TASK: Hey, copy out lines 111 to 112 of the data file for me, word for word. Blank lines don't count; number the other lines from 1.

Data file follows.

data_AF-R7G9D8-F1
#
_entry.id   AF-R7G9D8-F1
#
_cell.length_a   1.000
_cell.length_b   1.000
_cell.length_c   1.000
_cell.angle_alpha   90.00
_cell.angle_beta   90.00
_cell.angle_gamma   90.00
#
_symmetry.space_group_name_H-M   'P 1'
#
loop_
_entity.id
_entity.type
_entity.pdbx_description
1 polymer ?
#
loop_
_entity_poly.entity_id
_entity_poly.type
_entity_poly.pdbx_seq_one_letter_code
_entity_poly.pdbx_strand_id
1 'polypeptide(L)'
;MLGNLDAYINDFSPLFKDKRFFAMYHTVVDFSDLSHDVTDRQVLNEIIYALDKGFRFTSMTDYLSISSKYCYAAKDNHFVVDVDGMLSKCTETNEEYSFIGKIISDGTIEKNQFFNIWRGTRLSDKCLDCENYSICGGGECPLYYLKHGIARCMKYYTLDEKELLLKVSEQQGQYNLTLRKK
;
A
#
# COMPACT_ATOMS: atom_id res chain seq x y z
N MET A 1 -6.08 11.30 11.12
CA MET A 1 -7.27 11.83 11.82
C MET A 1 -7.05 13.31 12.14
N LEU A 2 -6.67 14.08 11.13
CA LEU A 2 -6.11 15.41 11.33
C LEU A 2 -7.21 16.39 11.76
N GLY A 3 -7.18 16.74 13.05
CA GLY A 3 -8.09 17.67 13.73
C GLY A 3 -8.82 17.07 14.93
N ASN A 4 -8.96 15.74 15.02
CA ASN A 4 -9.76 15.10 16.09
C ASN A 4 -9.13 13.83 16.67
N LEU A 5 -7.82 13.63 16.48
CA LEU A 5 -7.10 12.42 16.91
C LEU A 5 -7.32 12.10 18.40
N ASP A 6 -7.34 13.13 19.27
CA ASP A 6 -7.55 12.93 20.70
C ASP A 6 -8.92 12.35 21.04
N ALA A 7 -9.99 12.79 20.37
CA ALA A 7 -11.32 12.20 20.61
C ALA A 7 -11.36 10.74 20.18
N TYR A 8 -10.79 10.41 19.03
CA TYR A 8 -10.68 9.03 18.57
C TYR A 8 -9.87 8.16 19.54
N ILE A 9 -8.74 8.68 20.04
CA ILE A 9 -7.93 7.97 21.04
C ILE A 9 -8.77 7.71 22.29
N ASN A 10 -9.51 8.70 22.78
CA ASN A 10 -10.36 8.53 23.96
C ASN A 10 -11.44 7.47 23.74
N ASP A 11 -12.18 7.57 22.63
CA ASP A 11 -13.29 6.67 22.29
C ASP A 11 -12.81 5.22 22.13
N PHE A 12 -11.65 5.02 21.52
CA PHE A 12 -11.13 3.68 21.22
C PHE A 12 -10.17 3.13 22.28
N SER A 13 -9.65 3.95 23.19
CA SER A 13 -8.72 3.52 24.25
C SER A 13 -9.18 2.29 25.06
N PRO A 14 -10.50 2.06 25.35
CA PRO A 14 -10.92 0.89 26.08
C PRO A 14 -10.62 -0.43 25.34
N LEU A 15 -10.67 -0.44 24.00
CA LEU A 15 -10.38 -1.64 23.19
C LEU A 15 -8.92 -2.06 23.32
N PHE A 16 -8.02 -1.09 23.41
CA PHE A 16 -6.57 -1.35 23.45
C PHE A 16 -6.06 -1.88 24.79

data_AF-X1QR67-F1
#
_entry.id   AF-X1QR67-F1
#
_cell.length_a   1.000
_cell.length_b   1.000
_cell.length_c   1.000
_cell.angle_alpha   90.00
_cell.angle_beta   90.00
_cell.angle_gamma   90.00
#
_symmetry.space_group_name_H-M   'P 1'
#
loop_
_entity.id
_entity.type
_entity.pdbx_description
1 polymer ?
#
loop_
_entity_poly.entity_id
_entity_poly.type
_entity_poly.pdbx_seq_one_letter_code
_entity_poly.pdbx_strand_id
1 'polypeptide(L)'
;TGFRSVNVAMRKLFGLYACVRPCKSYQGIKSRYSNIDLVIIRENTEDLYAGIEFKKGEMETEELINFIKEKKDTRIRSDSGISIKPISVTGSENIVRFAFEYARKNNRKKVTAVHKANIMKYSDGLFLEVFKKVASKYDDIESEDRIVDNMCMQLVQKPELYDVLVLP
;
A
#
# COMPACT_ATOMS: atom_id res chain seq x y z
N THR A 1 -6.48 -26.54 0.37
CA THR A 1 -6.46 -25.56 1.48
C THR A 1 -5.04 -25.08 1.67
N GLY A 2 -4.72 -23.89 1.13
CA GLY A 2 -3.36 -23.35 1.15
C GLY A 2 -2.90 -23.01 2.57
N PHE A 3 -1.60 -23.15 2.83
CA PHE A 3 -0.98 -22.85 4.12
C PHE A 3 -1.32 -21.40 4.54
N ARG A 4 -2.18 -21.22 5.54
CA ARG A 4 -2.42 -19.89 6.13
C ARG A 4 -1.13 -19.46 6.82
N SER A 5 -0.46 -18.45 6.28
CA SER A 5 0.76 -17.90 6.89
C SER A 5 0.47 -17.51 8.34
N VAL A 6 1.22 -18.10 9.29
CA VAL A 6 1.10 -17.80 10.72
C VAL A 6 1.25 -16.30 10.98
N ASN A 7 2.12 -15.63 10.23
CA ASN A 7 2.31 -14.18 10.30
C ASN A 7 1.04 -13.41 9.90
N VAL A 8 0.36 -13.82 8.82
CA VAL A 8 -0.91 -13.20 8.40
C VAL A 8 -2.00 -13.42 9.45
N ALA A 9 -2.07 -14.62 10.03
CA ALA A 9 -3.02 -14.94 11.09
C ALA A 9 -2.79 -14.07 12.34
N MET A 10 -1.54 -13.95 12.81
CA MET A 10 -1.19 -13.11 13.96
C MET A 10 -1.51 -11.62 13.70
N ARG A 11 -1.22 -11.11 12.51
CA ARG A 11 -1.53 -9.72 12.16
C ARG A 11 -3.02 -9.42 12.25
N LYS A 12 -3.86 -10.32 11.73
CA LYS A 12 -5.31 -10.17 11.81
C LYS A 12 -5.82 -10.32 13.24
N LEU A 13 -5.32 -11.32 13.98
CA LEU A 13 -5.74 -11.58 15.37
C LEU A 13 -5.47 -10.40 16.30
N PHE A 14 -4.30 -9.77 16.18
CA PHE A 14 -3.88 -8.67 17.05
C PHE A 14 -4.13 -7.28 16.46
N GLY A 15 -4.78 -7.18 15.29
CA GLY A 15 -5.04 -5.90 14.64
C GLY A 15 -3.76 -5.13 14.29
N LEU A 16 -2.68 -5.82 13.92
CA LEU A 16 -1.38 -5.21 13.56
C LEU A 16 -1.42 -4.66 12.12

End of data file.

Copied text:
C THR A 1 -5.04 -25.08 1.67
N GLY A 2 -4.72 -23.89 1.13